The Picture...

Hamish, May 2000. Picture: Russell Kemp

The Words....

Autism is a puzzling disorder because it is difficult to understand the behaviour of autistic people and because the world is so confusing for them.

Autism Spectrum Disorders affect approximately 1 in 160 people and boys are more likely to be affected than girls.

Although the word "autism" was first used publicly by the Swiss psychiatrist Eugen Bleuler in 1911, criteria for the syndrome did not exist until Leo Kanner laid them down in 1943. Autism appears to have existed throughout recorded history. It occurs in all ethnic and social groups. Knowledge of autism has improved greatly over the years in some countries, although there is no known cure.

It is still not known what causes autism but recent research, especially by Simon Baron-Cohen, is pointing increasingly in the direction of its being a difference in brain structure, especially in the amygdala, from what is considered normal. It is definitely not caused by poor parenting as was once believed.

Autism is effectively a developmental disability. An autistic person will have significant difficulties in several areas of his/her development. The areas most affected are communication, social interaction and behaviour. This developmental disability may have a particular pattern called autism, or there may be varying amounts of disability in other areas of development which result in patterns called Asperger's syndrome or Pervasive Developmental Disorder - Not Otherwise Specified (PDD - NOS). This whole area of autistic developmental disabilities is referred to as "autism spectrum disorders". People with these disorders are affected differently, but all require specialised assistance and support.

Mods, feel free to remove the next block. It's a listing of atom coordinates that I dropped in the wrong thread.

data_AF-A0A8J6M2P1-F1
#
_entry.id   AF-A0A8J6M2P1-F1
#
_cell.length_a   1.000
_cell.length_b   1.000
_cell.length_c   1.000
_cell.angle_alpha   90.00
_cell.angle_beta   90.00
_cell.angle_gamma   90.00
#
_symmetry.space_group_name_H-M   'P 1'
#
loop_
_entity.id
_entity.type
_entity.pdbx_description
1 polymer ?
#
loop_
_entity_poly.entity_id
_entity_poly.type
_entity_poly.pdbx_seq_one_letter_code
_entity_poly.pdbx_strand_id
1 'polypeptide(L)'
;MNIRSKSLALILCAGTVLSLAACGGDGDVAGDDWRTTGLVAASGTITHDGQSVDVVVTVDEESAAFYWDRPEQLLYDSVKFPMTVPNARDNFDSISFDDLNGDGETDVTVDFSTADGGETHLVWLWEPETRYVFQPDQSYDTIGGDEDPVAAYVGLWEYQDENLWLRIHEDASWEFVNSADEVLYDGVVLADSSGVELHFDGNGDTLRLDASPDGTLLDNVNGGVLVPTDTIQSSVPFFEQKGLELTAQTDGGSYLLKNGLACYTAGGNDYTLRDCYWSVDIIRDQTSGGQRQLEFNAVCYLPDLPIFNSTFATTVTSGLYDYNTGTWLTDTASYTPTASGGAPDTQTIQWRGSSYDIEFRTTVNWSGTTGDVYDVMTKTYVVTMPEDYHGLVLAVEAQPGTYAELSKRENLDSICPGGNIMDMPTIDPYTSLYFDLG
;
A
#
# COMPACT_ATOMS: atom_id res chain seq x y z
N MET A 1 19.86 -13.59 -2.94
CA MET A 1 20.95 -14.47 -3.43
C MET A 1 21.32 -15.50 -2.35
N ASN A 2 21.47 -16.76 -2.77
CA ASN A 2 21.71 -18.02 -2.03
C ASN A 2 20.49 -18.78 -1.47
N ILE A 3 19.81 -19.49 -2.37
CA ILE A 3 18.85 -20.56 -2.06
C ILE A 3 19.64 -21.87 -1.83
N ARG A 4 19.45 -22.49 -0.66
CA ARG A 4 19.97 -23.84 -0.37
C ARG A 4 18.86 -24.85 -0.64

AUTISM VICTORIA believes that the best way to help a person with an autistic disorder is to understand how the following three areas of difficulty affect their view of the world.

  1. Speech - absent, delayed or showing abnormal patterns.

  2. Play - isolated, repetitive, unimaginative, destructive, obsessional.

  3. Tantrums - can be a way of expressing extreme confusion and/or frustration.

  4. Sensory sensitivities - to certain sounds, colours, tastes, smells, textures.

  5. Obsessions -intensive interest with favourite topics, objects, places, people or activities.

  6. Insistence on sameness - routines bring some order to the autistic person's confusion - a change of routine can be very difficult to cope with.

  7. Body movements - such as hand flapping, toe walking and occasionally behaviour that may cause self injury (such as hand biting).
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